Buffalo Creek Reservation

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Buffalo Creek Reservation - located in the central portion of Erie County, included a good portion of the present day City of Buffalo, New York and its eastern and southern suburbs (New Amsterdam was the Holland Land Company name for the village of Buffalo)

The Buffalo Creek Reservation was a tract of land surrounding Buffalo Creek in the central portion of Erie County, New York.[1][2] It contained approximately 49,920 acres (202.0 km2) of land and was set aside for the Seneca Nation following negotiations with the United States after the American Revolutionary War.


The territory around Buffalo Creek was conquered by the Seneca in the 1600s from the Wenrohronon, also called Wenro. Sometime between 1660 and 1690 the Seneca began to occupy the area.[2]: p.44  This was during the period of the Beaver Wars, when the Iroquois nations worked to expand their territory and hunting grounds.

During the American Revolution, the Sullivan Expedition of 1779 destroyed many towns of the Seneca, as they were allies of the British. The homeless people fled to the protection of the British at Fort Niagara. At one point the British were reported to be feeding and housing over 5000 refugees. Following a terrible winter of 1779–80 at Niagara, the Iroquois began to disperse. Joseph Brant took a group of mixed tribal members to the Grand River in Canada, where the Crown promised them a large grant of land.

The Tuscarora went to Lewiston. The remaining Seneca, Cayugas, and Onondaga peoples, led by Sayenqueraghta (Old King) and his son-in-law Roland Montour, chose to settle at Buffalo Creek.[2]: pp.61–62 

Because the Seneca had been allies of the defeated British, the US forced them to cede most of their territory. By the Treaty of Big Tree in 1797, the Seneca relinquished all of Western New York except for twelve reservations, including Buffalo Creek. This reservation encompassed much of the present site of the city of Buffalo, New York, as well as its southern and western suburbs. By 1817 an estimate placed the population on the reservation at around 700 Seneca, plus small numbers of other displaced people.[2]: p.113 

In 1838 the United States forced the Seneca to agree to the Treaty of Buffalo Creek, which was part of the Indian Removal policy initiated by President Andrew Jackson's administration. It required the Seneca of western New York to cede all of their reservation lands and move west of the Mississippi River, specifically to Wisconsin and Indian Territory (present-day Oklahoma), within five years. After the land sale that required the treaty fell through, the US negotiated a new treaty, which the Senate ratified in 1842. The Seneca began selling portions of the reservation in the 1840s to European Americans, members of the Ebenezer Society.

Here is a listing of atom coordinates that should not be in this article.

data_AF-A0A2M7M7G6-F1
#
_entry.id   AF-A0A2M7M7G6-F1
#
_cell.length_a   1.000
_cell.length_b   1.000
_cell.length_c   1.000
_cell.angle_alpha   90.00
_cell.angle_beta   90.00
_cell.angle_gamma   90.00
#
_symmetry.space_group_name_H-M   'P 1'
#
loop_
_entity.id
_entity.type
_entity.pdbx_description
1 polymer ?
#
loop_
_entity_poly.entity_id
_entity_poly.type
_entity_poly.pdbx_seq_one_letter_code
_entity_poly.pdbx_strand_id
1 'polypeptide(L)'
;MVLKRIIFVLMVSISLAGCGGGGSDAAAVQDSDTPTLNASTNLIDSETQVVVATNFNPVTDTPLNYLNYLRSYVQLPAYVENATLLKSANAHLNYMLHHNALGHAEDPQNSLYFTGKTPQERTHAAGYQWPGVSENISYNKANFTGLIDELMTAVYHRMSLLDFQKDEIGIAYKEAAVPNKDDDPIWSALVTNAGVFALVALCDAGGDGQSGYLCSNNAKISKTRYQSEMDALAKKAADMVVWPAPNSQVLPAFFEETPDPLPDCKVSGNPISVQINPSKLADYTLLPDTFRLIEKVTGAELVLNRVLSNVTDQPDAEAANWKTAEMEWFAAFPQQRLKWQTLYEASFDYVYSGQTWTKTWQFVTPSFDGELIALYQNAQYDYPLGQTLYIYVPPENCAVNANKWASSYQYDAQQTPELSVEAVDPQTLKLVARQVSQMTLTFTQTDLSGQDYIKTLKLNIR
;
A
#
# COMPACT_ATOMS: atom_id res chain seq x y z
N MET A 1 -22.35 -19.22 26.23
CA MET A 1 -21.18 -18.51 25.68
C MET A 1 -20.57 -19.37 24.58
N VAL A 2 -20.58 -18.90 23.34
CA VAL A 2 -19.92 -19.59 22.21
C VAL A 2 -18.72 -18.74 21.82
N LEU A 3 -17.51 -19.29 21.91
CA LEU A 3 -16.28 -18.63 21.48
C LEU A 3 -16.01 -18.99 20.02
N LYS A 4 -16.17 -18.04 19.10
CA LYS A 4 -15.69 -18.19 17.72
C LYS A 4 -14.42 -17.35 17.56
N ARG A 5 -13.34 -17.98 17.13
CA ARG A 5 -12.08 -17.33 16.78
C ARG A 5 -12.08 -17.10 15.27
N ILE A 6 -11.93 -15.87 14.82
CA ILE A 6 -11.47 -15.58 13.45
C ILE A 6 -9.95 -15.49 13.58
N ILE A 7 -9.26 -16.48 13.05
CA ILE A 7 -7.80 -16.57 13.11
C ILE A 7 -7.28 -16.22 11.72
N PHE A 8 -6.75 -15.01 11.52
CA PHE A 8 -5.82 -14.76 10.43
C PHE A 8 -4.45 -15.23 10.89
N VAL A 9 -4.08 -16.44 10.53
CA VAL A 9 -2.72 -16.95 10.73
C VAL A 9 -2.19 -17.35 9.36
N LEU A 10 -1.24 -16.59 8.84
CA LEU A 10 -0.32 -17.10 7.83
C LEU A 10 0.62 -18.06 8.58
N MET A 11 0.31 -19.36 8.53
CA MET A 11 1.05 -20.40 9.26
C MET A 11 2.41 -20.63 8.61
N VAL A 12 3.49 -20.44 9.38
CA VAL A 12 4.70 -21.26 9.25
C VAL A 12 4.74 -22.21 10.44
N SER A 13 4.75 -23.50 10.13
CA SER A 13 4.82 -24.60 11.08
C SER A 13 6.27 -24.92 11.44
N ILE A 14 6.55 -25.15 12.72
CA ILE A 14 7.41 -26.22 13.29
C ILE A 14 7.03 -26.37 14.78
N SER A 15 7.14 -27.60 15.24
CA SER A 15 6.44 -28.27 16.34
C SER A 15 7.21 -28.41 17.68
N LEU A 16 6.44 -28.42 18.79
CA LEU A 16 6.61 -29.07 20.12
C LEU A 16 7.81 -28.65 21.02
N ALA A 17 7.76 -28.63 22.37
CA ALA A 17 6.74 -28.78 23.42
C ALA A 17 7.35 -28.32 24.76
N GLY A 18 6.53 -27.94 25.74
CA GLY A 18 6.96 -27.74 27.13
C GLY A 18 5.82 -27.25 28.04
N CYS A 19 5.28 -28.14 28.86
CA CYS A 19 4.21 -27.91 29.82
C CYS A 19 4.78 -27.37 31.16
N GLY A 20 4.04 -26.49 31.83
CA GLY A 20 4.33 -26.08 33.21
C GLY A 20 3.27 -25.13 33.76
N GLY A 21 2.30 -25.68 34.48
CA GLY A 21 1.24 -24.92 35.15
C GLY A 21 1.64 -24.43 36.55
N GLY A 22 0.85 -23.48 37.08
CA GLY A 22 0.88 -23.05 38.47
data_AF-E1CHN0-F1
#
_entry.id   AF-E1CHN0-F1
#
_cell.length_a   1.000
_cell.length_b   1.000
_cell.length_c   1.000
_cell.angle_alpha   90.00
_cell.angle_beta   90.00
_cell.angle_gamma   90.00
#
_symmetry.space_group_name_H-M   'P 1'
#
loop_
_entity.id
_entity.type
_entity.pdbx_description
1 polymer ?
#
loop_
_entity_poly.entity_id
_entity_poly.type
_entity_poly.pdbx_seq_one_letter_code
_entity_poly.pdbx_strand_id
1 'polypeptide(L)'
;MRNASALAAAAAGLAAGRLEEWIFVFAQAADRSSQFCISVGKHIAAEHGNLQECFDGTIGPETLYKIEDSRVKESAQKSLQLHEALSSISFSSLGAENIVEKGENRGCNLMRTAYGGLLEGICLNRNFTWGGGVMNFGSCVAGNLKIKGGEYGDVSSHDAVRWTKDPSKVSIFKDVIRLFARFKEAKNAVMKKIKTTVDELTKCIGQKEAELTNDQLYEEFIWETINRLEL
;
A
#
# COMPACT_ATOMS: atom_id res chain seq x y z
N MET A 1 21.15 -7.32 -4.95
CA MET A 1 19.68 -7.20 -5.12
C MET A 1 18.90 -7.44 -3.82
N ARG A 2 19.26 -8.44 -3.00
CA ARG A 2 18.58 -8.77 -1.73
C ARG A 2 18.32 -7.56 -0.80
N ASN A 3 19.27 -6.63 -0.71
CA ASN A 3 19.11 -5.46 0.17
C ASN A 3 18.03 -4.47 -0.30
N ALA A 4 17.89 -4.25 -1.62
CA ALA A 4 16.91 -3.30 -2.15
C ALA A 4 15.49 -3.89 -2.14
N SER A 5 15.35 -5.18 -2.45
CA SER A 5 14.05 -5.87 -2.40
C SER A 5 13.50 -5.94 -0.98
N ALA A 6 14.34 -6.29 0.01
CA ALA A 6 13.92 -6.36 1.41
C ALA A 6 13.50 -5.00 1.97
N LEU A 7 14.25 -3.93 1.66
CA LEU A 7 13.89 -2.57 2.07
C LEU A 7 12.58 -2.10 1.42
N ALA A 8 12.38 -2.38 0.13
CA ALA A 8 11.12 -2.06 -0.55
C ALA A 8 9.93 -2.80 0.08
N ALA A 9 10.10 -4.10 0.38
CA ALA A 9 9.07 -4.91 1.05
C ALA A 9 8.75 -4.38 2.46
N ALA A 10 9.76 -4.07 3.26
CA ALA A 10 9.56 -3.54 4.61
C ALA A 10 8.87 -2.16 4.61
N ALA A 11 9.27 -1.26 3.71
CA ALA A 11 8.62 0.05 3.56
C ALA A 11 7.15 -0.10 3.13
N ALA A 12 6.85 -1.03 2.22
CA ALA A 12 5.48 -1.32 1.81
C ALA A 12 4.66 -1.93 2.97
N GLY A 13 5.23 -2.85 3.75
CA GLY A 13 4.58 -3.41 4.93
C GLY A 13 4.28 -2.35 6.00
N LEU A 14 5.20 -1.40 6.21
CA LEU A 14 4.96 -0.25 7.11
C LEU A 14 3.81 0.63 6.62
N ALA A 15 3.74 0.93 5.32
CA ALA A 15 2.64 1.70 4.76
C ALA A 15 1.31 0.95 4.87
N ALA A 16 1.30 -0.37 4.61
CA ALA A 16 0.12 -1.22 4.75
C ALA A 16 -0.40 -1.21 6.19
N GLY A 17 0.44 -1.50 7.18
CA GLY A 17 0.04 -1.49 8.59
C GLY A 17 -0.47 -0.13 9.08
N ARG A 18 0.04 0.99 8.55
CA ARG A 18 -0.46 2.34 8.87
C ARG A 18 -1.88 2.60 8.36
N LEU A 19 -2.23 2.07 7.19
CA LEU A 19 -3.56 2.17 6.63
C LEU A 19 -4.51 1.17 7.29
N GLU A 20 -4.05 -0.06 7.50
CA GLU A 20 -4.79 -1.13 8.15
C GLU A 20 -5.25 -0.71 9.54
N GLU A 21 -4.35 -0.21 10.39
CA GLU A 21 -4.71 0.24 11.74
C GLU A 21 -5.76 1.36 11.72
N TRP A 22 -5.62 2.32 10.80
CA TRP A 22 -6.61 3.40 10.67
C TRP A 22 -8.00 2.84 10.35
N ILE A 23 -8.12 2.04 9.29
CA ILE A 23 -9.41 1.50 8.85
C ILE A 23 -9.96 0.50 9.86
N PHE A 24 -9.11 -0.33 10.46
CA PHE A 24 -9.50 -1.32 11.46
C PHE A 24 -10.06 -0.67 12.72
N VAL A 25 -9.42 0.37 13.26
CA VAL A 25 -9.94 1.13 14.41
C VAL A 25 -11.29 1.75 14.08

The Buffalo Creek reservation was the only reservation to be dissolved: the Seneca were allowed to keep their Cattaraugus, Oil Springs, Allegany and Tonawanda reservations after legal battles in the 1850s fought by Onondaga chief Samuel George and other leaders.[3]

Current status[edit]

The modern Buffalo Creek Reservation consists of a nine-acre plot of land, which was part of the original reservation. In 2010, the Seneca bought the land from Carl Paladino, whose Ellicott Development Company continues to own much of the surrounding land.[4] The Seneca developed the Seneca Buffalo Creek Casino on this property, the revenues of which are used for economic development. A branch of its "Seneca One Stop" convenience store chain is being erected on the plot in 2020, with plans to open it in 2021.[5]

Coordinates: 42°51′45″N 78°39′45″W / 42.86250°N 78.66250°W / 42.86250; -78.66250


  1. ^ Holland Land Company map - circa. 1821
  2. ^ a b c d Houghton, Frederick (1920). "The History of the Buffalo Creek Reservation". Publications of the Buffalo Historical Society. Vol. 24. Buffalo Historical Society. pp. 109–116.
  3. ^ Hauptman, Laurence (2008). Seven Generations of Iroquois Leadership: The Six Nations Since 1800. Syracuse University Press. ISBN 978-0-8156-3165-1.
  4. ^ "Carl Paladino: The accidental candidate". Crain's New York Business. Sep 26, 2010. Retrieved Feb 23, 2021.
  5. ^ "Seneca Nation bringing tax free gas, cigarettes to downtown Buffalo". wgrz.com. Retrieved Feb 23, 2021.